Question

Topic: Book Club

Ries: Devil's Little Divergence Advocate

Posted by Anonymous on 500 Points
Al and Laura present a strong case on divergence vs. convergence thinking and focus us on why we should be thinking MORE brands (that do less) vs. LESS brands that do more.

They point out that 'convenience' is a key factor that favors convergence products but that's pretty much all convergence has going for it. And, for it to be a true convergence product, it needs to replace all other products (so a camera phone wouldn't necessarily be a convergence product since most people have a digital camera, too).

But playing devil's advocate in a convergence-crazed world, do you marketers agree that convenience is the only benefit in convergence's corner? How about price? Or fewer products to clutter our homes, offices and lives? Do you folks agree that convergence just isn't what it's cracked up to be...and that all these corporations have been myopic? Do tell!

.....................................................................................................................
Moderator Note: This discussion refers to the book The Origin of Brands by Al and Laura Ries (topic: branding). Click the title to learn more. Then join the conversation. We'd LOVE for you to participate!
To continue reading this question and the solution, sign up ... it's free!

RESPONSES

  • Posted on Accepted
    I think some companies can profit from convergence, but it probably won't be a long-lasting ride. One example the book gives is Polaroid, where they've been diverged out of business.

    But they had a long and profitable run. And it may have been their own inertia and short-sightedness -- and maybe some arrogance, too -- that kept them from seeing the future and adapting.
  • Posted on Accepted
    Convergence is a trend. Its long-term success varies by the categories involved. Some will be pure novel (sunglass-mp3 player) and others can be useful (phone, PDA, other features).

    Convenience is always a great factor. But additional motivators in purchasing include: fashion (ex: the exotic brown that phone has), the prestige (of owning your first Treo or Blackberry...I'm so important now), and of course the price! (That's not too bad...I just got a credit increase).

    I personally don't like to buy into the convergence trend because futurists and their techno gadgets get on my nerves, not to mention all those late night infomercials promising simplicity with an all-in-one product.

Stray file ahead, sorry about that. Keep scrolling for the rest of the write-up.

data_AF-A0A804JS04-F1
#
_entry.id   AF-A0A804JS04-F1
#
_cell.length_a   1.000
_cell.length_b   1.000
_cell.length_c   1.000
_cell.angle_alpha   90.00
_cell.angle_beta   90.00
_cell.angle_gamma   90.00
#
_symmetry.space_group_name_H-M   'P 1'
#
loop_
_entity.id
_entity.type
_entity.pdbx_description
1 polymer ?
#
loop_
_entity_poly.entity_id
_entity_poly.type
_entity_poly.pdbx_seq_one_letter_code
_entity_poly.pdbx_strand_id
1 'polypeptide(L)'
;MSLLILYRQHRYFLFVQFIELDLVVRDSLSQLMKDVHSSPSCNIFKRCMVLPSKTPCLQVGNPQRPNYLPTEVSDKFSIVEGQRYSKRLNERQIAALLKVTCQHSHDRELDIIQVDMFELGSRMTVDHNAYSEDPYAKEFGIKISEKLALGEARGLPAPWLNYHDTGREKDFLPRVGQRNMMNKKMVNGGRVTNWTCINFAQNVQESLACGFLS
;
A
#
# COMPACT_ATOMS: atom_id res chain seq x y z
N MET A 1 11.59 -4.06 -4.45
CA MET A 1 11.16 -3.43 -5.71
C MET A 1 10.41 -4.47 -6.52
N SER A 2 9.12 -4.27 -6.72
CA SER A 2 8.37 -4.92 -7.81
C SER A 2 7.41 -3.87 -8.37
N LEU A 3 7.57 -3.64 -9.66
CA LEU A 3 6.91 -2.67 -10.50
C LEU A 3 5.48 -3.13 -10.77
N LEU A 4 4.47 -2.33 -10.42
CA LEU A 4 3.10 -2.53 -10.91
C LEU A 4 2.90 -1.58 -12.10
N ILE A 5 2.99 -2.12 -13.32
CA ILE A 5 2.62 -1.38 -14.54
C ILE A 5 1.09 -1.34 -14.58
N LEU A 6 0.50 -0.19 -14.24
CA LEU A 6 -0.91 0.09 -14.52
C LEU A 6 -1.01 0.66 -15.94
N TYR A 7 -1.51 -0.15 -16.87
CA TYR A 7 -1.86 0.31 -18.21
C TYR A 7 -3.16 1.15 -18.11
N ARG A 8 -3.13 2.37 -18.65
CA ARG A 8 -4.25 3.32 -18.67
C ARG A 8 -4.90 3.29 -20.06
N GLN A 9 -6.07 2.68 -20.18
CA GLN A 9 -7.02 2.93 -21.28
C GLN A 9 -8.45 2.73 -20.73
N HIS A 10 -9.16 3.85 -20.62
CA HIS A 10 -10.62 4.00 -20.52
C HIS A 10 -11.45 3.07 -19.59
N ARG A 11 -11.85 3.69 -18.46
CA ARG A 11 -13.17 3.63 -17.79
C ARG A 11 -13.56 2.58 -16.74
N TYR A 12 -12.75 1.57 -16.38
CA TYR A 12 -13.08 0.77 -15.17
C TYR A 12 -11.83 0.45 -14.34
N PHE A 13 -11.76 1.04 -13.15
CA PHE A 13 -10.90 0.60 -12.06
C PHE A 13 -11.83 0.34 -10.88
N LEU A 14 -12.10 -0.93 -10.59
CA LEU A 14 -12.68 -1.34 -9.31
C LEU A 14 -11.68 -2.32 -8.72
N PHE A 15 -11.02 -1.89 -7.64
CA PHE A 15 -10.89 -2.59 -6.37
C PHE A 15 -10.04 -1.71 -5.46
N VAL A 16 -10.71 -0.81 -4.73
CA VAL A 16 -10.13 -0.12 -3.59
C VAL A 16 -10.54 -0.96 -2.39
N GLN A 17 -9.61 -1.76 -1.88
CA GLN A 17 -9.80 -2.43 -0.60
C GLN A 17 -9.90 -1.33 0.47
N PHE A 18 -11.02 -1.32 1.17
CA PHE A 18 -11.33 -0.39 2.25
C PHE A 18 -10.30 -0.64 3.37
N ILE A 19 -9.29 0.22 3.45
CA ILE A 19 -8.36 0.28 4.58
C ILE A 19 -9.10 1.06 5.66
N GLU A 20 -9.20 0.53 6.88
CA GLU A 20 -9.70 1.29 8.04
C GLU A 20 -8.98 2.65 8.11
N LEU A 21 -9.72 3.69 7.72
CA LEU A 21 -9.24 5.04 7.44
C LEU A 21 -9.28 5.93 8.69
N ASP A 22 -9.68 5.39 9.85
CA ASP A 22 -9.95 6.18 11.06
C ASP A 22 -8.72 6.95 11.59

• Posted on Member
    Point-taken. Let me say 'trend' then as an ongoing phenomena, rather than perhaps perceived as a 'fad'.

    Convergence for sustainable reasons is a noble cause indeed, not just for environmental reasons but for manufacturing excellence as well.
  • Posted on Author
    Jackie & Mario: I so love it how the discussion threads take different twists and turns. Some of the best divergent products are "green". I completely see Jackie's point in preserving the planet but also want to point out how everyday products...take how disposable placemats have diverged into corn-based, 100% decomposable placemats. Or cell-phones, like in the U.K, that have many features (convergence) but have diverged to use build a category of less harmful materials and even, when disposed of, have nutrients that can help the soil (as many people lose their cellphones...these happen to enable sunflowers to grow).

    While "green" is socially responsible and vital...it is divergent thinking when it comes to new products.
  • Posted on Accepted
    Speaking of the "devil", Apple's :30 TV spot, "1984" (which ran once in the SuperBowl over 20 years ago) has created a firestorm of debate with its use in - not one but two - 2008 presidential candidate branding campaigns

    Ridley Scott directed it, who also directed sci-fi author Philip Dick's "Blade Runner" novel/film, set in the year 2014, which focuses on "Replicants".

    Defined/borrowed roughly from Wikipedia, a "Replicant" is a term for a robot genetically designed to be virtually identical to human beings, but have superior strength, agility, and variable intelligence, but lack of emotional responses and empathy.

    https://en.wikipedia.org/wiki/Blade_Runner
    https://en.wikipedia.org/wiki/Replicant

    While certainly centered in the political arena, it seems to be a useful tool by two opposing brands to focus on the dangers of Replicant-like convergence/divergence.

    Ironically, the same content is used by two competing brands to make the same point about "Replicants". Go figure.

    Notwithstanding the copyright issues, is the resurrection of "1984" an example of the twisted misuse of convergence or divergence ... or neither?


  • Posted on Accepted
    Convergence conjures that image in my mind of "they don't make them like they used to." In other words, I rarely have found a convergent product that I thought lived up to any other single component product that I have had. Once the novelty wears off, the products usually become useless. I would rather have a high quality camera or cell phone or organizer than something that does it all not as well.
  • Posted on Accepted
    Thanks so much to everyone who participated in the Marketing Profs Book Club review of our book The Origin of Brands which I co-wrote with my daughter/partner Laura Ries.

    And an extra special thanks to CK for all her hard work and dedication to the improvement of marketing minds everywhere.

    For more branding information and debates check out

    Laura's blog at: https://ries.typepad.com/ries_blog/

    and CK's at: https://www.ck-blog.com/

    - Al Ries

Post a Comment